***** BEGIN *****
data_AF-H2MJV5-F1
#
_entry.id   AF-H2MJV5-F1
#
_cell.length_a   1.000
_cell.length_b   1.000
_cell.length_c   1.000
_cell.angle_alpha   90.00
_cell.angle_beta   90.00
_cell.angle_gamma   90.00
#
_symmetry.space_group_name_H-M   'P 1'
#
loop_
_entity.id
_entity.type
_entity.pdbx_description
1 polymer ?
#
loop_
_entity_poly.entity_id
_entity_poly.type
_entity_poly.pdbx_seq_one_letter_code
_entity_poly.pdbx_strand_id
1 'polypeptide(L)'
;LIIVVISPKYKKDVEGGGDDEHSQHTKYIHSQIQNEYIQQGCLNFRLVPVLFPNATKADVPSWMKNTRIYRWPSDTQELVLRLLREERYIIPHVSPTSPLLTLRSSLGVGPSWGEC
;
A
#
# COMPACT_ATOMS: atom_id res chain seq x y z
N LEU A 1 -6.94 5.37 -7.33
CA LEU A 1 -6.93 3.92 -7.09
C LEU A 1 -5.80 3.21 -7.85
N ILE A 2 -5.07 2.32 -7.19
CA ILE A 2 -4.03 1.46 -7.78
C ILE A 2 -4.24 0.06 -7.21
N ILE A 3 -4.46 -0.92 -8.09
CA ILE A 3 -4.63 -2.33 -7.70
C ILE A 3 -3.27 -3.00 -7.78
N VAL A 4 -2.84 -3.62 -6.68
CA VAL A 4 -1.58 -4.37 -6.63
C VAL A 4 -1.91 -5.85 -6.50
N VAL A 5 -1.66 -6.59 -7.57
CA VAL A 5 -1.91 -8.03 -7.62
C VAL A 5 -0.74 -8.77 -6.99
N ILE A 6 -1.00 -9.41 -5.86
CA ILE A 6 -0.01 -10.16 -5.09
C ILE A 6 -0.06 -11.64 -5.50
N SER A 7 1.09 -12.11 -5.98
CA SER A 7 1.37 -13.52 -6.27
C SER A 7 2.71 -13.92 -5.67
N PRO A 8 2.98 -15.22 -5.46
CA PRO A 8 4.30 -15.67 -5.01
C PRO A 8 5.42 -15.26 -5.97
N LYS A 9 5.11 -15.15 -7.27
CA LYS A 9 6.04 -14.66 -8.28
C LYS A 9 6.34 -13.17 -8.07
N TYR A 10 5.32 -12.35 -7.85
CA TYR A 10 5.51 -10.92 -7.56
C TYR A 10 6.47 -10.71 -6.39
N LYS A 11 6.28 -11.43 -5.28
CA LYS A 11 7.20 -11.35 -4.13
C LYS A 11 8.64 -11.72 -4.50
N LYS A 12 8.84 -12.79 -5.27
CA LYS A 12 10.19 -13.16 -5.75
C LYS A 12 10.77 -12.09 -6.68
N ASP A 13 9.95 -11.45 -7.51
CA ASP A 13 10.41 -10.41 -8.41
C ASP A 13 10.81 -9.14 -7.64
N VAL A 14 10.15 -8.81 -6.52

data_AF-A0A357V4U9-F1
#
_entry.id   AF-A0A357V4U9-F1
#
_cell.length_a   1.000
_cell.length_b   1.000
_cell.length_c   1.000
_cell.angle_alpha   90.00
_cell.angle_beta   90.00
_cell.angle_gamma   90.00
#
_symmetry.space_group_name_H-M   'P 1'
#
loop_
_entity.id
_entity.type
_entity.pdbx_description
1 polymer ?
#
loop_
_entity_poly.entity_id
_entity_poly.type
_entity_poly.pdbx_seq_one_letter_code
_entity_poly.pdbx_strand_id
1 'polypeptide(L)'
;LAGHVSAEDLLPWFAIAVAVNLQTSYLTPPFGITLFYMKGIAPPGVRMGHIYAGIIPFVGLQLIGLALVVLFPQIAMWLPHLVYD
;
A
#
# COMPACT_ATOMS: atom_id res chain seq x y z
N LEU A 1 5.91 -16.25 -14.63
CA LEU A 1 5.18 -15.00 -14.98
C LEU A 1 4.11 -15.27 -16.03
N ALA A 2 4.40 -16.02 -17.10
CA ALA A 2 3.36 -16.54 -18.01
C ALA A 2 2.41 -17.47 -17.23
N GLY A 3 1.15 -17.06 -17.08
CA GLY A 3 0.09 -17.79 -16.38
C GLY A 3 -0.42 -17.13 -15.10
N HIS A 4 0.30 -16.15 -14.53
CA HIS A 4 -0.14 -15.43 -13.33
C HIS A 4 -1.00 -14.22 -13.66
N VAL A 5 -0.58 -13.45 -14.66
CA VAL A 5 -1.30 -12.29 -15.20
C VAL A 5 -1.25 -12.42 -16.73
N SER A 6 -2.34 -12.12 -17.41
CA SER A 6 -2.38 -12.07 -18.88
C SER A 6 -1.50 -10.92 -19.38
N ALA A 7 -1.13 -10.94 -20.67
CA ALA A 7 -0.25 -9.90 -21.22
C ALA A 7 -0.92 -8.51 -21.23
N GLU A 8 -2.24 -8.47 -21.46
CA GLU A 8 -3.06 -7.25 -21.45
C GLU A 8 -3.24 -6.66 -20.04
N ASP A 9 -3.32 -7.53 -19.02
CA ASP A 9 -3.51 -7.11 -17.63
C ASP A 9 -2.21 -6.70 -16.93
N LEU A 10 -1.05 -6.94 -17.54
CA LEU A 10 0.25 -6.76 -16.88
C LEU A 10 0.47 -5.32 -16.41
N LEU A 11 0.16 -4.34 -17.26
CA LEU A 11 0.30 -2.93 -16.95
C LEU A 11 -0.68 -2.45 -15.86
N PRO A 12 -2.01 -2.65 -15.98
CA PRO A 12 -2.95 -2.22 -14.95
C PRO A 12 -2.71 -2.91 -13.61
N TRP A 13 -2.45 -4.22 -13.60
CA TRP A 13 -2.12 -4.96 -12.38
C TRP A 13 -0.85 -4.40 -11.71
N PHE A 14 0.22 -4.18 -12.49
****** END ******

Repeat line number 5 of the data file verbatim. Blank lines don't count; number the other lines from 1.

_cell.length_a   1.000